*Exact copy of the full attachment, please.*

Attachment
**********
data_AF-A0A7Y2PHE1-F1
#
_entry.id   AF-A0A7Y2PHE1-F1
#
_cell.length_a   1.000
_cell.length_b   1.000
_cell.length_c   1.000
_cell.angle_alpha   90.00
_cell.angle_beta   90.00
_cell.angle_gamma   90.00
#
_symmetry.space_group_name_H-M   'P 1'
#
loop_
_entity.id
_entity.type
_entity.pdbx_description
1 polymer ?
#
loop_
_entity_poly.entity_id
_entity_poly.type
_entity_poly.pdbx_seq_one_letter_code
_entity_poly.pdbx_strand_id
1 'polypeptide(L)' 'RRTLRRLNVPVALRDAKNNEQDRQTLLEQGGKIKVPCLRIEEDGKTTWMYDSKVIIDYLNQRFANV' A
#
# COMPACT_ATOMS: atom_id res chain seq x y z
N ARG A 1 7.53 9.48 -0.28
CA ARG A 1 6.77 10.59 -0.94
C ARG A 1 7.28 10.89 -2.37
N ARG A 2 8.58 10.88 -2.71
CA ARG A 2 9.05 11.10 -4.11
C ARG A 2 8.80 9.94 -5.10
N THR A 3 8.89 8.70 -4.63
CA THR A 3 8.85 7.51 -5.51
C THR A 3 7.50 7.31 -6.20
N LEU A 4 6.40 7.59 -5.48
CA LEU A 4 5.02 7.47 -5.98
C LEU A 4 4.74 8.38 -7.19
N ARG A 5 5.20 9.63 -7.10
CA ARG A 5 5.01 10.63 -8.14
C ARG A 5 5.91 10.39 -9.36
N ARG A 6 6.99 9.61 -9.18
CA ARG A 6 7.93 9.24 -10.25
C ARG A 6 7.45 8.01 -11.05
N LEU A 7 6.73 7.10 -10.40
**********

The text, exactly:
data_AF-A0A7Y2PHE1-F1
#
_entry.id   AF-A0A7Y2PHE1-F1
#
_cell.length_a   1.000
_cell.length_b   1.000
_cell.length_c   1.000
_cell.angle_alpha   90.00
_cell.angle_beta   90.00
_cell.angle_gamma   90.00
#
_symmetry.space_group_name_H-M   'P 1'
#
loop_
_entity.id
_entity.type
_entity.pdbx_description
1 polymer ?
#
loop_
_entity_poly.entity_id
_entity_poly.type
_entity_poly.pdbx_seq_one_letter_code
_entity_poly.pdbx_strand_id
1 'polypeptide(L)' 'RRTLRRLNVPVALRDAKNNEQDRQTLLEQGGKIKVPCLRIEEDGKTTWMYDSKVIIDYLNQRFANV' A
#
# COMPACT_ATOMS: atom_id res chain seq x y z
N ARG A 1 7.53 9.48 -0.28
CA ARG A 1 6.77 10.59 -0.94
C ARG A 1 7.28 10.89 -2.37
N ARG A 2 8.58 10.88 -2.71
CA ARG A 2 9.05 11.10 -4.11
C ARG A 2 8.80 9.94 -5.10
N THR A 3 8.89 8.70 -4.63
CA THR A 3 8.85 7.51 -5.51
C THR A 3 7.50 7.31 -6.20
N LEU A 4 6.40 7.59 -5.48
CA LEU A 4 5.02 7.47 -5.98
C LEU A 4 4.74 8.38 -7.19
N ARG A 5 5.20 9.63 -7.10
CA ARG A 5 5.01 10.63 -8.14
C ARG A 5 5.91 10.39 -9.36
N ARG A 6 6.99 9.61 -9.18
CA ARG A 6 7.93 9.24 -10.25
C ARG A 6 7.45 8.01 -11.05
N LEU A 7 6.73 7.10 -10.40